Your Mind Is Waiting To Be Programmed

Your mind is just waiting to be programmed and the scary part is that if you don’t do it, someone else will. This is part of why I made the decision to stop consuming most news a while back. I haven’t reflected on it much since I made this change, but it’s been hugely beneficial. 

One day while skimming through the news, I noticed that when I would read negative or horrible headlines, I would feel worse. I started realizing that even just quickly skimming these negative headlines was having negative effects on my mood. Unfortunately, news agencies and other clickbaiters like to use that sort of shock and negativity to elicit engagement. Now it scares me a little because I don’t think of myself as being particularly susceptible to those sort of manipulations. But at a certain level, I guess we’re all vulnerable. There are billion dollar corporations fighting for our attention. They’re spending billions of dollars funding research and hiring psychology graduates for the specific purpose of learning how they can make people even more addicted, more willing to engage, and more dependent on them and their products. By any means.

Now I’m not just bringing this up to incite fear. I think that by illuminating the forces we’re working against and the angle they’re coming from, we can be better prepared to navigate this world. These negative trigger abusers are set on sucking up our precious time and attention, so I have three tips to help combat that:

  1. Acknowledge and understand what’s happening. Accept that your mind will be programmed by someone. And that someone might as well be you. So the way to combat the programming isn’t to gain some impenetrable iron mind. That just ain’t happening. What you can do however is try to program it yourself. Talk to yourself. Say the things matters to you. Write down your goals and values. Focus on them and how you’re going to progress. Set yourself up for greatness.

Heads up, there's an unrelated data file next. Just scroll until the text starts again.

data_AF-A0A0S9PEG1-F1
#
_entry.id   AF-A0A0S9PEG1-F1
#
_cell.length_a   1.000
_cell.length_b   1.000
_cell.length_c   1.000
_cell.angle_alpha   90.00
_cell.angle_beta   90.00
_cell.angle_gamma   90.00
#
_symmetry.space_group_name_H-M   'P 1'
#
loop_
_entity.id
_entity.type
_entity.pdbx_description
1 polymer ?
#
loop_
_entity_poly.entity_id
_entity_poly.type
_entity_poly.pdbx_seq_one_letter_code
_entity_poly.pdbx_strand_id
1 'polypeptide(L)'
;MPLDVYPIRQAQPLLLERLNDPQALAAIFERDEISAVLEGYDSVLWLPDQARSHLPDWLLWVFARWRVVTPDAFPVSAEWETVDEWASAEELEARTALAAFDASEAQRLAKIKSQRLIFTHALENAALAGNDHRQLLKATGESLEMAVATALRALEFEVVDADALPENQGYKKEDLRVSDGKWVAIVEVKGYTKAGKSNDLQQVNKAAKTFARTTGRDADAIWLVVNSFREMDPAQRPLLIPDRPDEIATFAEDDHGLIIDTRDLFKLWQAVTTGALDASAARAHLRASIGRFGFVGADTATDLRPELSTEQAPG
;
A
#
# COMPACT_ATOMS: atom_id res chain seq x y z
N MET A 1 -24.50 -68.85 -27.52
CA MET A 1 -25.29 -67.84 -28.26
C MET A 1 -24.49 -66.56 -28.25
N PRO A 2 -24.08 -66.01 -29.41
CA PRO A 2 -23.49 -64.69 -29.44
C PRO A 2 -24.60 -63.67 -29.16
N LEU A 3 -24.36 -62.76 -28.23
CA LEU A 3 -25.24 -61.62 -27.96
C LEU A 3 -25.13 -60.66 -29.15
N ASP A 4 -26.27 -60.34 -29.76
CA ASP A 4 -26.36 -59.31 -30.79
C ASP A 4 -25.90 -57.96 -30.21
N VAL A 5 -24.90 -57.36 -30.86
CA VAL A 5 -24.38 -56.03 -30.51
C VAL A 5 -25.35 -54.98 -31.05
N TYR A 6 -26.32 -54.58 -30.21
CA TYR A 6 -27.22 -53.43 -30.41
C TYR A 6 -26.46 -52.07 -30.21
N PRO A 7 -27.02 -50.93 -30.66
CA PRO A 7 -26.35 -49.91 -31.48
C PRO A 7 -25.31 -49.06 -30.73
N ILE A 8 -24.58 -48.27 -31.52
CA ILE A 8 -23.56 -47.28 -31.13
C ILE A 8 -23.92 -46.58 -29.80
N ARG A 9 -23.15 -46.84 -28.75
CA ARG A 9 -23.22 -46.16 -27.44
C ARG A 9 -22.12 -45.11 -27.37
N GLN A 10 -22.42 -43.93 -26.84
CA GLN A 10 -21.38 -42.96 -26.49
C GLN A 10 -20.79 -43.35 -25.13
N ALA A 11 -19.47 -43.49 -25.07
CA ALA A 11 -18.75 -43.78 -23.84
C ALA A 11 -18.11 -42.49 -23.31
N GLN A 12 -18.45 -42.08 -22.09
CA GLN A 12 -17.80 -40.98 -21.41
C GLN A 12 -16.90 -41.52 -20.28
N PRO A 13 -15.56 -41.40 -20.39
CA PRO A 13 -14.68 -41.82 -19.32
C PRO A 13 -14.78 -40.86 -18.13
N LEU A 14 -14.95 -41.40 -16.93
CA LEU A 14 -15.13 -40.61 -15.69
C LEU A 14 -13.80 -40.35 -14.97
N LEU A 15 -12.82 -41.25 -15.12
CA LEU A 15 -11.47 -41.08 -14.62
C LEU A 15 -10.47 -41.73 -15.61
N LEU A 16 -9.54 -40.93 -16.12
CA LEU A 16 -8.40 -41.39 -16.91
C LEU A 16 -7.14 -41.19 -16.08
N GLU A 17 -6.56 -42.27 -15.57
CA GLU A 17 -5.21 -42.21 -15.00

2. Identify and avoid negative trigger abusers. For me, it was the news. Now I still see/hear a decent amount of news even though I try to avoid it. And to me, that’s totally fine. The amount that I’ve been able to cut out has made a world of difference. The way I see it, if something’s that important, I’m sure I’ll hear about it within an hour of waking up whether I want to or not. But just to clarify, I’m not suggesting that we avoid everything that triggers negative emotions. Experiencing negative emotions is how we grow and learn to deal with difficult situations. They’re an important part of life. But there’s a difference between experiencing them on our terms and being bombarded by them unwittingly. We need to face negative emotions head on is because beyond them often stands growth. Negative trigger abusers, however, can be like walking down a tunnel with shameless attention grabbing every which way you turn. Having your emotions manipulated by people willing to say anything to get you to click on their link. Then turning around and doing it again! We’ve been programmed to consume an unhealthy amount of news. They may be lies, exaggerations, or speculations with no basis in reality. Or they may be sad, disturbing, or sickening. But it doesn’t matter. Some of these companies are completely unethical and don’t care how it makes you feel or what it does to you, they’re just trying to get you to click. Remember that.